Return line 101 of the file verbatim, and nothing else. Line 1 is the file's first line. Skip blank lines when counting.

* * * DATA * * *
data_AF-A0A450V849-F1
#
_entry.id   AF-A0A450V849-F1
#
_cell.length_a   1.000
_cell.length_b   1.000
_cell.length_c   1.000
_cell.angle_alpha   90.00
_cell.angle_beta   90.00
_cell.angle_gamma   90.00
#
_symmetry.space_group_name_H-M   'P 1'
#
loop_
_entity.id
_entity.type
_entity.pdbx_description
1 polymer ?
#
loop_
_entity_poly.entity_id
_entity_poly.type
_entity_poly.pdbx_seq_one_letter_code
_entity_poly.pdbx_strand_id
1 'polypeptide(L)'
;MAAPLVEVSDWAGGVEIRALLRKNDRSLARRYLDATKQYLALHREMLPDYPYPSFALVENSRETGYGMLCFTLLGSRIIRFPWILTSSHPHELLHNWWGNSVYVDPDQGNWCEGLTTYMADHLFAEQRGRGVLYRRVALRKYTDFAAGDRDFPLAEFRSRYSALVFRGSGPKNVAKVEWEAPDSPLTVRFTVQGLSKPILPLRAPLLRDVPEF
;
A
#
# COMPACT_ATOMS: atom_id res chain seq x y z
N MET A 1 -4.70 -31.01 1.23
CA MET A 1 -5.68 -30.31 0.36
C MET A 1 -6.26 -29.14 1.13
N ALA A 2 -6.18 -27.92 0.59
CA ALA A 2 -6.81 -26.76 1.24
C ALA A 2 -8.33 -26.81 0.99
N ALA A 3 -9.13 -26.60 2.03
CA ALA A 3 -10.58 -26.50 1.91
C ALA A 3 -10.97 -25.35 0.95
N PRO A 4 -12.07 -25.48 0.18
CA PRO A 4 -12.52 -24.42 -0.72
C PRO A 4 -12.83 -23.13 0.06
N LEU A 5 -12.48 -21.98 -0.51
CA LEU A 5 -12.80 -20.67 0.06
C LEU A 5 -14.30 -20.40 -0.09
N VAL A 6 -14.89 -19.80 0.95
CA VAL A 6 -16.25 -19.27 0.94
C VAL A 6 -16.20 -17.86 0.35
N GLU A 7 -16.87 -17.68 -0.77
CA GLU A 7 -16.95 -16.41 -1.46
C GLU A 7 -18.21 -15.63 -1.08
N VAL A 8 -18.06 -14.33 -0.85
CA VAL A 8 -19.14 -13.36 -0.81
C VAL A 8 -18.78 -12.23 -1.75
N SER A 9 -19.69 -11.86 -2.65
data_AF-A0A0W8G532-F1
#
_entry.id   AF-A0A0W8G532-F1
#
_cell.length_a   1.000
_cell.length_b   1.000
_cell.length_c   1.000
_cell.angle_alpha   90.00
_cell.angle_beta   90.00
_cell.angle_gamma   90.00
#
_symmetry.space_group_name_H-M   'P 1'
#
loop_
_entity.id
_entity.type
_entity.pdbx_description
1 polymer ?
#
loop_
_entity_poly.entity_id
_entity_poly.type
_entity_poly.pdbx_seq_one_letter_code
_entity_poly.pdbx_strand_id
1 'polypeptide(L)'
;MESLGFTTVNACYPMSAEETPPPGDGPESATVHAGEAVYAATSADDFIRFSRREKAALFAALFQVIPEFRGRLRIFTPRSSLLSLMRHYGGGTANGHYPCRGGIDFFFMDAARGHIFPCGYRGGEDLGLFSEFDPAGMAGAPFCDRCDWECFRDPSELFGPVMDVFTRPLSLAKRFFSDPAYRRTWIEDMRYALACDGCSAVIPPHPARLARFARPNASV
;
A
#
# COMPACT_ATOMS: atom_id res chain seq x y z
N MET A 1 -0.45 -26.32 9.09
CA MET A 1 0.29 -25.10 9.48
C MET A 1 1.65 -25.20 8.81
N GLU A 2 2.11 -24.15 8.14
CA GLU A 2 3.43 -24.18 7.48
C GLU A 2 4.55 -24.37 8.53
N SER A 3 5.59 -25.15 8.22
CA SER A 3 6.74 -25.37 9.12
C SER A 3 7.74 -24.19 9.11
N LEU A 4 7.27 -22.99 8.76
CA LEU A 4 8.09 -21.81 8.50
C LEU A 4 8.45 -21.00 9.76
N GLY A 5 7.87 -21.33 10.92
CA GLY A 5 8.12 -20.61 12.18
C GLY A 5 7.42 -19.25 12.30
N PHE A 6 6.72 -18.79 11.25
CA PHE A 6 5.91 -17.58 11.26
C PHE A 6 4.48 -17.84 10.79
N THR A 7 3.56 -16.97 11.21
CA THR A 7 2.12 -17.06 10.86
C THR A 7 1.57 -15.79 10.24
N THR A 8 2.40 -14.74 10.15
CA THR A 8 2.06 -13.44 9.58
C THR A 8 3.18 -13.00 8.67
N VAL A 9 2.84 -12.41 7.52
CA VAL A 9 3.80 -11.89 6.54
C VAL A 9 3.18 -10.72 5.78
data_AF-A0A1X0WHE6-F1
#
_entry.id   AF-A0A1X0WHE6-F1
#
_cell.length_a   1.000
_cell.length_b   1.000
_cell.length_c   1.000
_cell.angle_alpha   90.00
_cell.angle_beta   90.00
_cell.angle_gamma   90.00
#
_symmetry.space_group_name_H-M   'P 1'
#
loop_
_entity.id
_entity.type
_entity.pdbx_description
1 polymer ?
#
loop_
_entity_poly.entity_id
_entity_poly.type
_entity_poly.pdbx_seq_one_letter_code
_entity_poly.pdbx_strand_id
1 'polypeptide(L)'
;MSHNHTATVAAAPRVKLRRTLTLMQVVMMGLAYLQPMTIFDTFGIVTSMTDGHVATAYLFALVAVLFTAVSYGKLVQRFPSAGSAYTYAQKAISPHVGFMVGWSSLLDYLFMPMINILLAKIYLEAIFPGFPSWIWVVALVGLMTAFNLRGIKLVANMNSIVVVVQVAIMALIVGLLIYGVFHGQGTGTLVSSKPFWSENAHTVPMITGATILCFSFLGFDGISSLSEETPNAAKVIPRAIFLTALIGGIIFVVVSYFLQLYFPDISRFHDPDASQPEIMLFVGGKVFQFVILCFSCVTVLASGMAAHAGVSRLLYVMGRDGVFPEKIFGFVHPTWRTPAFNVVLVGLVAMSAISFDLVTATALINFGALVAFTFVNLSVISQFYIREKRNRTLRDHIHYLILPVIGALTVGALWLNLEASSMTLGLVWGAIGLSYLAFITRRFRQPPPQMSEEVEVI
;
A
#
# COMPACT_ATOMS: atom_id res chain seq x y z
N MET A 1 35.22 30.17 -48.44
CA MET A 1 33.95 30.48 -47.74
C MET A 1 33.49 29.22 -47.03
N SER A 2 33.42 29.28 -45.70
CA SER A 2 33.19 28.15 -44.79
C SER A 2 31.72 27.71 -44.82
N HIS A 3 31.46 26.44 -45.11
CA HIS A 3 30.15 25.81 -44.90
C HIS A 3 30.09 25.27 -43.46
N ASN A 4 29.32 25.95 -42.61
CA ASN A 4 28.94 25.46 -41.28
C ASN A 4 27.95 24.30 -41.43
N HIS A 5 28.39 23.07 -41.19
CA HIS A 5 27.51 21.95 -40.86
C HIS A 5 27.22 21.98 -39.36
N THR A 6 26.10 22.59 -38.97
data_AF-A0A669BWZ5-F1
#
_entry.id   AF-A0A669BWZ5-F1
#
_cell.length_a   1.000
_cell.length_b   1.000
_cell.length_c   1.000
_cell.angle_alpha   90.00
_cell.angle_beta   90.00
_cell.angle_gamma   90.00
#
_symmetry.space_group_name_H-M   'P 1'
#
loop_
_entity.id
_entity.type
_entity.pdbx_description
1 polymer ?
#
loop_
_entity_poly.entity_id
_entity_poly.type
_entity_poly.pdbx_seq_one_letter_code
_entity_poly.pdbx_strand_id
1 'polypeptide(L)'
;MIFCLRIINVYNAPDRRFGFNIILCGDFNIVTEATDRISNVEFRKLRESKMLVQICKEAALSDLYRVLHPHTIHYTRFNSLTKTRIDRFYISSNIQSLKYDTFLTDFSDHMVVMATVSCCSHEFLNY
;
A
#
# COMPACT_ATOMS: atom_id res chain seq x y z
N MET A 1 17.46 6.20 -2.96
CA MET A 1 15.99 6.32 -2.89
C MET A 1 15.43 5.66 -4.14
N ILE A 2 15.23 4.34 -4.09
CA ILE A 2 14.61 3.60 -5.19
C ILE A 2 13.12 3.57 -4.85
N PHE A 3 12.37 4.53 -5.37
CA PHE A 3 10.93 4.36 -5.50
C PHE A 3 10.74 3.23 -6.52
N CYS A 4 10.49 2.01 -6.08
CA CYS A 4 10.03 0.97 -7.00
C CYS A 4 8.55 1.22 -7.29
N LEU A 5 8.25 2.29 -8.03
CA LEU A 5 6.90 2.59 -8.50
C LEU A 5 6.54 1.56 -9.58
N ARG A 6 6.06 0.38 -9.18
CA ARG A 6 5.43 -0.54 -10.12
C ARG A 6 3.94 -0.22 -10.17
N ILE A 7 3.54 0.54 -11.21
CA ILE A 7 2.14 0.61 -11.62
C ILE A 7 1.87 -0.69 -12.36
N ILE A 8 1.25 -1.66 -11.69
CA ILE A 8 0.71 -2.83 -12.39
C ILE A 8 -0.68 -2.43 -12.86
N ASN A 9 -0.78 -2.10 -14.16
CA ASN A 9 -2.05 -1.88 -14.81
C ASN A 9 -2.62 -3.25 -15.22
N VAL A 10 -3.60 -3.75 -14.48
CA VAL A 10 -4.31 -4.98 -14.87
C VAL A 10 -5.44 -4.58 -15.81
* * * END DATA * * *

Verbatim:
N PHE A 6 6.72 -18.79 11.25